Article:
Many years ago I was invited to give a Christian talk to a group of seventh and eighth graders. When I showed up in the classroom, 13-year-olds were sitting around in a circle waiting to hear from me. I was not afraid. There wasn't any fear, anxiety, or hesitation in me. I felt secure because I knew that my ability and competence probably exceeded any of their expectations or abilities. To say it differently, I felt there were probably pretty good odds that I could out-preach any of the seventh or eighth graders sitting there in that classroom.

Let's rewind two years before that experience. I was in a different classroom—a classroom of my doctoral studies—and I was taking a class on creativity in preaching at Dallas Theological Seminary. Dr. Haddon Robinson, one of the foremost preachers in the world, was the professor of my class. Dr. Robinson had written the textbook and the parameters around expository preaching. I was in a class with the glory of preaching. He gave us an assignment to prepare a sermon and then present it before him and our peers. I was scared spit-less. I was full of fear. And you know why I was fearful? Because I was, essentially, standing before the glory of preaching. I knew the distance between what was expected and required of me and who I really was—what my own limitations were. Do you see that? The distance between what I knew was expected—the design of right, good, biblical teaching—and my limitations created the fear in my life.

The fear that you and I experience every day in life is a fear that results from being aware of this gap—this distance between who we were designed to be and who we is this tarnished world really are.

This is why a man fears losing his job: he knows deep within his heart that he was originally designed for security and productivity and justice and purpose and meaning in life. That's the way God designed him. But he lives in a sinful world—a world of injustice, a world of unfairness, a world of loss, a world of failure. And some of that sin and failure is in him. The gap between what was originally designed to be and what a man really experiences as reality in life creates fear.

Why does a woman get afraid about a surgery she's anticipating? Because she knows she's made in the image of God—she's designed to reflect life and health and peace and vitality and eternality. But she knows that sin is in the world and has affected her. She knows the very real possibility of experiencing sickness, pain, and even death. And the distance between what God designed life to be and what she really experiences in reality is what creates incredible fear.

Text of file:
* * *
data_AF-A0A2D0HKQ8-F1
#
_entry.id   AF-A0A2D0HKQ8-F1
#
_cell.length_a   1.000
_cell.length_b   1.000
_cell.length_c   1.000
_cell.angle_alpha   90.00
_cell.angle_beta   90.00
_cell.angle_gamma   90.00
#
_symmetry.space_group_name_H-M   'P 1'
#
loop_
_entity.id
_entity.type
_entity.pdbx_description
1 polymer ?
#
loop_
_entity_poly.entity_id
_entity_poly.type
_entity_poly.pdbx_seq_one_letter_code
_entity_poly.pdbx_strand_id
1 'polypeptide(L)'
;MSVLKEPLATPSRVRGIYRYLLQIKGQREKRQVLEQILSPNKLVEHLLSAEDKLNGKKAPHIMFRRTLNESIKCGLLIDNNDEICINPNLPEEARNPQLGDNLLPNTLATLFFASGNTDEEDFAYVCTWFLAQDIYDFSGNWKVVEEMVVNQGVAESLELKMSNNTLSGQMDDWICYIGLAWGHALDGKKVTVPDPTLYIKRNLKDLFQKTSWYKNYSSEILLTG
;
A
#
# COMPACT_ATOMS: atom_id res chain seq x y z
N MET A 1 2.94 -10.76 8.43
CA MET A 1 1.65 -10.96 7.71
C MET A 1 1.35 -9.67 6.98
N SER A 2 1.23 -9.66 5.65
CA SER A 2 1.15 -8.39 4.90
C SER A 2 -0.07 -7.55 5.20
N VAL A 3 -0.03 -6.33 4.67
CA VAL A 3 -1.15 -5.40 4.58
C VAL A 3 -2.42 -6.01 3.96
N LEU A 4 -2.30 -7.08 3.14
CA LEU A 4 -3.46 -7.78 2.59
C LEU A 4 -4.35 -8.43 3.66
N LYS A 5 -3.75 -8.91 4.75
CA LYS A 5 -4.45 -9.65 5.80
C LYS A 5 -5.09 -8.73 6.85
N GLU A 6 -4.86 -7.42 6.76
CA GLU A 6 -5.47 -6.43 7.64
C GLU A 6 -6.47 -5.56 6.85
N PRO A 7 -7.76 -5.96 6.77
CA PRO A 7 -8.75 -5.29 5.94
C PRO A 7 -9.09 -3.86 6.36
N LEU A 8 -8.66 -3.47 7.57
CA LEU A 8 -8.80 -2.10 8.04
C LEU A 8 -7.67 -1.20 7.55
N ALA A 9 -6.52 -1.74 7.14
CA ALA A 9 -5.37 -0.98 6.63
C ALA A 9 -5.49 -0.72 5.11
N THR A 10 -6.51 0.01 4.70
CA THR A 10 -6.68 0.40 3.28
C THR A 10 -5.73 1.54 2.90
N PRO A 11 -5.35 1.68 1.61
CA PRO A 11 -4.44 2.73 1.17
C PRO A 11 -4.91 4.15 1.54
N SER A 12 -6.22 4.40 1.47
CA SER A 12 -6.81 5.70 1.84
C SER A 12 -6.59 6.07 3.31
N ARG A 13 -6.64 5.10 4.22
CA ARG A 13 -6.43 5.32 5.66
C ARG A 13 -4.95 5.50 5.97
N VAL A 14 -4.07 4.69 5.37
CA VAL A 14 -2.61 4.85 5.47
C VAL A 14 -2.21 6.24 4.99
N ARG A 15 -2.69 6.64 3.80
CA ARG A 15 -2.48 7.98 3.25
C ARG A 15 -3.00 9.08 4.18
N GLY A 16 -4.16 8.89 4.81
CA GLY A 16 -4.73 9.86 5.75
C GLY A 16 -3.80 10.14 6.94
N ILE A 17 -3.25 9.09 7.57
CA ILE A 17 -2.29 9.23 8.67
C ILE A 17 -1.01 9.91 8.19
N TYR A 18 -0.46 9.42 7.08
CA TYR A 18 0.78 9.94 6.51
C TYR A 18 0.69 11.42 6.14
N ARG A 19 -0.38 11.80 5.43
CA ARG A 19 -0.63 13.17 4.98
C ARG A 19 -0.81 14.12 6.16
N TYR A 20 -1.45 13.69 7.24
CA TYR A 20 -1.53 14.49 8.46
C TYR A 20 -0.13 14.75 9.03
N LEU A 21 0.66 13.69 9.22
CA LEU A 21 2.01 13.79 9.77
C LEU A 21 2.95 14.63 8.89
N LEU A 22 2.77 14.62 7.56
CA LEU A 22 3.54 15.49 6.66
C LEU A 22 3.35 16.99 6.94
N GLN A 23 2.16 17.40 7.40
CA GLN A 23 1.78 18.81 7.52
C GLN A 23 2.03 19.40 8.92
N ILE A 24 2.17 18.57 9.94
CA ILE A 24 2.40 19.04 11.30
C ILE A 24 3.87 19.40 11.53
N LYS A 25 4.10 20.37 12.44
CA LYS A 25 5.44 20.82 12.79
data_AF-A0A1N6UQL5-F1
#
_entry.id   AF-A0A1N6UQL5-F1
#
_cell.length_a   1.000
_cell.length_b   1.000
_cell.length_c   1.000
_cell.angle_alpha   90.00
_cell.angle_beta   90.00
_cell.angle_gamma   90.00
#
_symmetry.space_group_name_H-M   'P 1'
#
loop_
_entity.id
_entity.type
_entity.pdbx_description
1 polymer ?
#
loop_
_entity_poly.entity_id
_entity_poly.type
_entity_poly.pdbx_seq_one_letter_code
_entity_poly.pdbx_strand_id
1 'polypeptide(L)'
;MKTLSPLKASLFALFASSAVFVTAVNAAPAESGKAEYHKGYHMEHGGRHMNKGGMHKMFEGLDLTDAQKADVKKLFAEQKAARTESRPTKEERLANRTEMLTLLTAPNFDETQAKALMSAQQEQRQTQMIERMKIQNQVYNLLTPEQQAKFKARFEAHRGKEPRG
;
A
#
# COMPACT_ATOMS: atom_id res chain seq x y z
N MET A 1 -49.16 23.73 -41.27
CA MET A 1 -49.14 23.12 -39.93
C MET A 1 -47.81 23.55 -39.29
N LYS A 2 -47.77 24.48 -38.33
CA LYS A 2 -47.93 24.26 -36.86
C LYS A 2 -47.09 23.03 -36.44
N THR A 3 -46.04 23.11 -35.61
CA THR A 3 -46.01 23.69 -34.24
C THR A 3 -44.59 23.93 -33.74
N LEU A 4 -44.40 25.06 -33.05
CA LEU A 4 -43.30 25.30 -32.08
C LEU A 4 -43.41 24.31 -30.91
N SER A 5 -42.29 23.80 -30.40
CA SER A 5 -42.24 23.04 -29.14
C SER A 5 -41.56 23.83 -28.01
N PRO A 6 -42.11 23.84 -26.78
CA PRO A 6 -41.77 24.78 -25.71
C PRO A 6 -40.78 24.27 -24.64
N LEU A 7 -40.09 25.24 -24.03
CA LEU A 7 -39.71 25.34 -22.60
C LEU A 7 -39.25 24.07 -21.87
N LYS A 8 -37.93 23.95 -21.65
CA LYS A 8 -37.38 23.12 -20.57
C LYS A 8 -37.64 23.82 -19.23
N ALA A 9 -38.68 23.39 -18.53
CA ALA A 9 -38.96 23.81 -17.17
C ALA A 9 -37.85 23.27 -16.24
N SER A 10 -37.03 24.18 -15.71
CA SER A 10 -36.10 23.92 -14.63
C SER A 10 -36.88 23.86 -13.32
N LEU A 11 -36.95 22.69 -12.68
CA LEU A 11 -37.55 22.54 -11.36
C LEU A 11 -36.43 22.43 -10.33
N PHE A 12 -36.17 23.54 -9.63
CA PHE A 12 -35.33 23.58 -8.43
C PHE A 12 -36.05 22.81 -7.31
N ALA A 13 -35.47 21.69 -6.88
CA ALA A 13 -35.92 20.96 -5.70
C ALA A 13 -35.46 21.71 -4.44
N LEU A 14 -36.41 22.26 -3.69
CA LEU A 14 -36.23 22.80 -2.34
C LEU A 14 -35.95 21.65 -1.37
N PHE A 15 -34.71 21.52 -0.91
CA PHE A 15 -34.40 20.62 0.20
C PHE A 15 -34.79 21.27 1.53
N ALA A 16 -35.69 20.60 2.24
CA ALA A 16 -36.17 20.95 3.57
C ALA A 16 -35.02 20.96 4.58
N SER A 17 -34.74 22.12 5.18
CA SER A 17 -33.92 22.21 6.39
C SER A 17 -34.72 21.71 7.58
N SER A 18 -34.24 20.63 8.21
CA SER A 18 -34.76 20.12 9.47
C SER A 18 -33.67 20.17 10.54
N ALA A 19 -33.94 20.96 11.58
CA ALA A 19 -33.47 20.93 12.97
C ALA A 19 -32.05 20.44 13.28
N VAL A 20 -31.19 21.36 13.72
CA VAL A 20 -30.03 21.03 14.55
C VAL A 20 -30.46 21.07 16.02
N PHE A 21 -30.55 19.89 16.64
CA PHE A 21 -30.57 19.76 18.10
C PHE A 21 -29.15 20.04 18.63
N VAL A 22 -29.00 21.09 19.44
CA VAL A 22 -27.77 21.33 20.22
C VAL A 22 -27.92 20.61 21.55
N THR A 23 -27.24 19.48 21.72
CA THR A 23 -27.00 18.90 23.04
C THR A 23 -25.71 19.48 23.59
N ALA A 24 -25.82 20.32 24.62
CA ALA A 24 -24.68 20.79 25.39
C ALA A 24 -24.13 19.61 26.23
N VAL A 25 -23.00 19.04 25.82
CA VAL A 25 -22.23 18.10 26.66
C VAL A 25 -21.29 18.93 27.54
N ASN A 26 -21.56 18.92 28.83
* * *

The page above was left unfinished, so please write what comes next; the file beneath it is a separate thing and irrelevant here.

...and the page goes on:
Why does a Christian in a church have such anxiety about reconciling with someone—about talking to someone and saying, "Hey, listen, I was a little offended by what you did, but let's work this out," or, "I really apologize that I hurt your feelings this way. Would you forgive me?" Those interpersonal moments can create such anxiety and fear in us because we're hard-wired to understand that the standard—the design of God—is for perfect community, connection, intimacy, and relationship. That's all part of God's glorious, incredible design. It's part of who he is. But we know we live in a world affected and impacted by sin, and the reality here includes rejection, gossip, criticism, and anger. We experience those things. The gap between what we know to be true and what really is creates an incredible fear.

If it were not for sin, we'd not have to worry about sickness or pain or failure or injustice or being taken advantage of or God or spiders or snakes. As it is, sin has entered into the world and created a gap, and as a result we are very afraid. We're full of fear.

Fortunately, for this reason—for our fears—Christ came. He came to conquer our fears. The shepherds learned this as they stood there shaking in their tunics. The glory of the Lord shone around them. They were in the presence of glory. The shepherds realized how small they were in comparison to God's great glory. The angel said to them, "Do not be afraid, for I bring to you good news of great joy which shall be for all of the people. Today in the town of David, a Savior has been born to you. He is Christ the Lord." As soon as the angel announced that Christ a Savior—a solution—had been born, heaven exploded. There was an even greater flash of light. An entire multitude of angels appeared, and they began to sing a Christmas carol. The song is short, but it's profound. They sang, "Glory to God in the highest, and on earth peace to men on whom his favor rests."

This little song holds the solution to our fears. When Christ came into the world, he brought two things. First, he brought glory to God. He brought glory to God in his coming. God designed the world to reflect his glory. God desired the world to mirror or manifest the greatness of who he is. Sin entered the picture, tarnishing the world, but God did not abandon his glory. He didn't say, "Well, that plan didn't work out. I'm going to have to choose something else now." Instead, God chose to restore and redeem his glory in the world, and he did that by sending his Son. The coming of Christ into the world was first and foremost to reveal the glory and the magnificence of God. That's why Christ came.